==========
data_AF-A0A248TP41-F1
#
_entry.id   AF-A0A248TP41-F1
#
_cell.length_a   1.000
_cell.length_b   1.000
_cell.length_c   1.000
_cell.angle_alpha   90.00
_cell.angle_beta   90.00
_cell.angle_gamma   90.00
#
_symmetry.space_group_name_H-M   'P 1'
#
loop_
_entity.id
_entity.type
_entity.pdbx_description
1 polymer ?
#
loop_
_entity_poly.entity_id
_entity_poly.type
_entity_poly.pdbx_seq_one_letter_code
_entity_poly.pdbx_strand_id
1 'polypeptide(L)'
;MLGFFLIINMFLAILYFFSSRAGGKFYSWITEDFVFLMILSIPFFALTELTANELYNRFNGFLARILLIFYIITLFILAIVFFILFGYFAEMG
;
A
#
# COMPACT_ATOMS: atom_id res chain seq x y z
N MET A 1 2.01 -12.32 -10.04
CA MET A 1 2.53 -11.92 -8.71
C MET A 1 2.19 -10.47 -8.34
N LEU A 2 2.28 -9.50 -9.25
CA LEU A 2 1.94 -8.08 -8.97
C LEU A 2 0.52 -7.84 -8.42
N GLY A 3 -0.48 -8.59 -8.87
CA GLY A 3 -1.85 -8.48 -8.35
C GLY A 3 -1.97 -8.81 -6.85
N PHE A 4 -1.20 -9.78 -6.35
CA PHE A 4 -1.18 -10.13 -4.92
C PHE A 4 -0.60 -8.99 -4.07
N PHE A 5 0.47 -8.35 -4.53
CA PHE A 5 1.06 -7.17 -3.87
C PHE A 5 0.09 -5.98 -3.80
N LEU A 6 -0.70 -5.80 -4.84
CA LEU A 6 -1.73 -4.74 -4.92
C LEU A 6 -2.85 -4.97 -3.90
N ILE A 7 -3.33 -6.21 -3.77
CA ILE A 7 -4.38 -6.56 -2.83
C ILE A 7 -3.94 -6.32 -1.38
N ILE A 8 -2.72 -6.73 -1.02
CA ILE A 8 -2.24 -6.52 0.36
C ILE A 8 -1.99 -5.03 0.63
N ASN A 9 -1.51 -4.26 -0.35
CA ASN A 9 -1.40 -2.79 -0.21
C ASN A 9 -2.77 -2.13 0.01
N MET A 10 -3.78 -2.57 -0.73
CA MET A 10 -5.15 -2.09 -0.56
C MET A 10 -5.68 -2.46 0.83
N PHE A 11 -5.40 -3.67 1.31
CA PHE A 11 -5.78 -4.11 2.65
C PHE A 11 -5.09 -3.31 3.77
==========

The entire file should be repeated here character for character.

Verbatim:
data_AF-A0A248TP41-F1
#
_entry.id   AF-A0A248TP41-F1
#
_cell.length_a   1.000
_cell.length_b   1.000
_cell.length_c   1.000
_cell.angle_alpha   90.00
_cell.angle_beta   90.00
_cell.angle_gamma   90.00
#
_symmetry.space_group_name_H-M   'P 1'
#
loop_
_entity.id
_entity.type
_entity.pdbx_description
1 polymer ?
#
loop_
_entity_poly.entity_id
_entity_poly.type
_entity_poly.pdbx_seq_one_letter_code
_entity_poly.pdbx_strand_id
1 'polypeptide(L)'
;MLGFFLIINMFLAILYFFSSRAGGKFYSWITEDFVFLMILSIPFFALTELTANELYNRFNGFLARILLIFYIITLFILAIVFFILFGYFAEMG
;
A
#
# COMPACT_ATOMS: atom_id res chain seq x y z
N MET A 1 2.01 -12.32 -10.04
CA MET A 1 2.53 -11.92 -8.71
C MET A 1 2.19 -10.47 -8.34
N LEU A 2 2.28 -9.50 -9.25
CA LEU A 2 1.94 -8.08 -8.97
C LEU A 2 0.52 -7.84 -8.42
N GLY A 3 -0.48 -8.59 -8.87
CA GLY A 3 -1.85 -8.48 -8.35
C GLY A 3 -1.97 -8.81 -6.85
N PHE A 4 -1.20 -9.78 -6.35
CA PHE A 4 -1.18 -10.13 -4.92
C PHE A 4 -0.60 -8.99 -4.07
N PHE A 5 0.47 -8.35 -4.53
CA PHE A 5 1.06 -7.17 -3.87
C PHE A 5 0.09 -5.98 -3.80
N LEU A 6 -0.70 -5.80 -4.84
CA LEU A 6 -1.73 -4.74 -4.92
C LEU A 6 -2.85 -4.97 -3.90
N ILE A 7 -3.33 -6.21 -3.77
CA ILE A 7 -4.38 -6.56 -2.83
C ILE A 7 -3.94 -6.32 -1.38
N ILE A 8 -2.72 -6.73 -1.02
CA ILE A 8 -2.24 -6.52 0.36
C ILE A 8 -1.99 -5.03 0.63
N ASN A 9 -1.51 -4.26 -0.35
CA ASN A 9 -1.40 -2.79 -0.21
C ASN A 9 -2.77 -2.13 0.01
N MET A 10 -3.78 -2.57 -0.73
CA MET A 10 -5.15 -2.09 -0.56
C MET A 10 -5.68 -2.46 0.83
N PHE A 11 -5.40 -3.67 1.31
CA PHE A 11 -5.78 -4.11 2.65
C PHE A 11 -5.09 -3.31 3.77